[ Parent ]

                •  correction (1+ / 0-)
                  Recommended by:
                  WakeUpNeo

                  It is a $12 billion business; and you are correct, there are many small manufacturers. But all this fear of regulation has been a boon to the industry, and they are benfiting from "fear". Moreover, it is not just the manufacturers who can support and pay for a potent lobbying program; the NRA itself has massive funding. Among the largest lobbyists influencing congress, the gun industry is in the top group (right up there with drugs and energy)

                  •  6 billion (0+ / 0-)

                    According to Christian Science Monitor:

                    3. $6 billion
                    The estimated revenue brought in by the US gun and ammunition manufacturing industry in 2012, according to a financial report by the research firm D&B First Research based in Austin, Texas. The major manufacturers include Browning Arms, Freedom Group, Olin, Aliant Tech Systems, Sturm, Ruger & Company, and Smith & Wesson.  The biggest companies are Ruger and Smith & Wesson, which represent about 30 percent of the industry.

                    Obama’s presidency has been a boon for gun makers, prompting industry analyst Jim Barrett to call the President “the best thing that ever happened to the firearms industry,” in an Associated Press interview. According to an October analysis from AP,  Ruger’s sales have increased 86 percent since Obama took office; Smith & Wesson’s have gone up 41 percent.

                    And what happens when the boom dies and you're faced with entire large markets closed off to you?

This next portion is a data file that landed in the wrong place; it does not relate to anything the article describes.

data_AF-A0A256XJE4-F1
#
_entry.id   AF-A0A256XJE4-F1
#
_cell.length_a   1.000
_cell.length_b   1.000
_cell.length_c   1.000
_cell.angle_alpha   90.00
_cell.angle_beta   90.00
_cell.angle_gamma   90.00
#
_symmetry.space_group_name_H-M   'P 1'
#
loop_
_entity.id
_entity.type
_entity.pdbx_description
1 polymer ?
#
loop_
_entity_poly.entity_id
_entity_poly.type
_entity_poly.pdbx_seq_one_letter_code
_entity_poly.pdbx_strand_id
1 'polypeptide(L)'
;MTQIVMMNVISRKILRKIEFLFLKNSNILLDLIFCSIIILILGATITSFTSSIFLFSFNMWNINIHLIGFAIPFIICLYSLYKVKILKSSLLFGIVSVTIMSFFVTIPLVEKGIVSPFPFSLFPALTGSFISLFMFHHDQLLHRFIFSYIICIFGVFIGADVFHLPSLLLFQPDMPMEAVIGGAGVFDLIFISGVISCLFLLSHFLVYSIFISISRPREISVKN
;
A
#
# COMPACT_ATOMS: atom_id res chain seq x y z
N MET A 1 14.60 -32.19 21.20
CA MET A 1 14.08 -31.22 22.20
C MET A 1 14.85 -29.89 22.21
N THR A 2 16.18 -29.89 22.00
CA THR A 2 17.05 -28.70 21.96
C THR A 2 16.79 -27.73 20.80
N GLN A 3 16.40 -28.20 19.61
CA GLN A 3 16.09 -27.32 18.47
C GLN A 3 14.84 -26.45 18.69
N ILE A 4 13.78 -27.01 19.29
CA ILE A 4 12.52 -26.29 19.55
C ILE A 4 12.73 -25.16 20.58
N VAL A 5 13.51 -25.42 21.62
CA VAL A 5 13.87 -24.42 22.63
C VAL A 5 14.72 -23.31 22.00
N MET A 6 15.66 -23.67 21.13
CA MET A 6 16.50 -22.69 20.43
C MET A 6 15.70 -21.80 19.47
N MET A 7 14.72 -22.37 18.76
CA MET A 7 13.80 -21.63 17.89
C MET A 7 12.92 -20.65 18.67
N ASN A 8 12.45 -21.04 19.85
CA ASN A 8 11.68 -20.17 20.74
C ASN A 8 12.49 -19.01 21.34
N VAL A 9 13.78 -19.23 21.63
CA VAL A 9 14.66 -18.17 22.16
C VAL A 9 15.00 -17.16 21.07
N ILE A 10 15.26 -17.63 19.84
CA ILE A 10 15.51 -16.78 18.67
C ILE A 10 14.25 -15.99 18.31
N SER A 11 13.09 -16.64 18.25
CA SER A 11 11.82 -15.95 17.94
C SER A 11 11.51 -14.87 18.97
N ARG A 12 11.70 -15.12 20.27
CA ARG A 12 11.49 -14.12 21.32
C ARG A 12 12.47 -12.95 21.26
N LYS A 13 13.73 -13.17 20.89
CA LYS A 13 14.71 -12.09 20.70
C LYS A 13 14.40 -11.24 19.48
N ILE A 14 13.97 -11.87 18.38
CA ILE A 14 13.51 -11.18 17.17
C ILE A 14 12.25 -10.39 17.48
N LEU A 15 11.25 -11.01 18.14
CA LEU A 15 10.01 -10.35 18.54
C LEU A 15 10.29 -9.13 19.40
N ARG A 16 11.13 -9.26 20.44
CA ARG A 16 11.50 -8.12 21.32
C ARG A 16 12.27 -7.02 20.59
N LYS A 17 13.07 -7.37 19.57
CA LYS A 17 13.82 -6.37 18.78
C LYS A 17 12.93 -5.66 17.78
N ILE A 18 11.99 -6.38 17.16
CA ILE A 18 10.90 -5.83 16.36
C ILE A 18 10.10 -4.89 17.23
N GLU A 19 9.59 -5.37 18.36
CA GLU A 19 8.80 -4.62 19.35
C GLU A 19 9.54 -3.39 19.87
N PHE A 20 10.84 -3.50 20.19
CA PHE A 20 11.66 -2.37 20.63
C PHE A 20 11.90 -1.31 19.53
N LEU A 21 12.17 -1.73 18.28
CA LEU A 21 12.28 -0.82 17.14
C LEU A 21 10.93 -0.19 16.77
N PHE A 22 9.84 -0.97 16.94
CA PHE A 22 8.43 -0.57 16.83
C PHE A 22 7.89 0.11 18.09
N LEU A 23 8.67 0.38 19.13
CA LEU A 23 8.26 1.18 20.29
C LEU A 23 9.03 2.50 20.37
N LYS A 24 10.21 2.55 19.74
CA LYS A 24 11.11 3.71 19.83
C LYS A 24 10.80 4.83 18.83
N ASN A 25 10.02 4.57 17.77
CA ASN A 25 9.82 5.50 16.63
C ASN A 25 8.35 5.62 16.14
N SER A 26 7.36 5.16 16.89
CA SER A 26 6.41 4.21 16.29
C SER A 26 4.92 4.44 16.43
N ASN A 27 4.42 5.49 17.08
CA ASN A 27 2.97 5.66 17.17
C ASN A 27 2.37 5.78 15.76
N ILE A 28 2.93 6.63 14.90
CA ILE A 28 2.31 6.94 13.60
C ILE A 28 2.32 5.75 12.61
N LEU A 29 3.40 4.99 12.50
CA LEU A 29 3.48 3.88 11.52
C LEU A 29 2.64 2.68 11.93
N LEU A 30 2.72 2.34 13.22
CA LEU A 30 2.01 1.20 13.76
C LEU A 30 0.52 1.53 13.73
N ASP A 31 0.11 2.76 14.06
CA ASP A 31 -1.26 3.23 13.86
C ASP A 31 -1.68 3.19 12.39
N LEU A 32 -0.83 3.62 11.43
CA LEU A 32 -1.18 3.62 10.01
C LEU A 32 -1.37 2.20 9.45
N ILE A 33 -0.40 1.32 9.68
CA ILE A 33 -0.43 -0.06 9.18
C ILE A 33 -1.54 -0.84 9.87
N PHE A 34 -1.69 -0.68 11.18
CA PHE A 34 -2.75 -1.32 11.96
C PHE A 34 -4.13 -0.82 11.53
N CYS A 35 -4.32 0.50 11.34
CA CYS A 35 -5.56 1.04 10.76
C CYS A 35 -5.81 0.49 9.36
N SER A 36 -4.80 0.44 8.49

When God gives you lemons, you find a new god.

                    by Patrick Costighan on Mon Apr 01, 2013 at 03:30:12 PM PDT

                    [ Parent ]

                    •  Perhaps you are right (0+ / 0-)

                      I have seenvarious numbers on the size of the industry -- some include ammo and related products. An interesting view is this one "everything you wnat to know about the gun industry"
                      http://www.huffingtonpost.com/...

                      At any rate, my concern is far less for the viability of the industry than it is for the safety and well being of our society. Many industries have mostly disappeared as our society (and businesses change). Que sera.

                      •  asdf (1+ / 0-)
                        Recommended by:
                        andalusi

                        In case you forgot what we're talking about, we were discussing the relative power of the gun rights movement and the gun control lobby.  I believe I've just adequately demonstrated that the gun control lobby is significantly better positioned.

                        When God gives you lemons, you find a new god.

                        by Patrick Costighan on Tue Apr 02, 2013 at 12:56:00 PM PDT

                        [ Parent ]

    •  asdf (1+ / 0-)
      Recommended by:
      OldSoldier99

      Disagree on magazine capacity, which I also find a waste of time, but pretty much everything else is right on.

      When God gives you lemons, you find a new god.

      by Patrick Costighan on Sun Mar 31, 2013 at 05:04:35 PM PDT

      [ Parent ]

Subscribe or Donate to support Daily Kos.

Click here for the mobile view of the site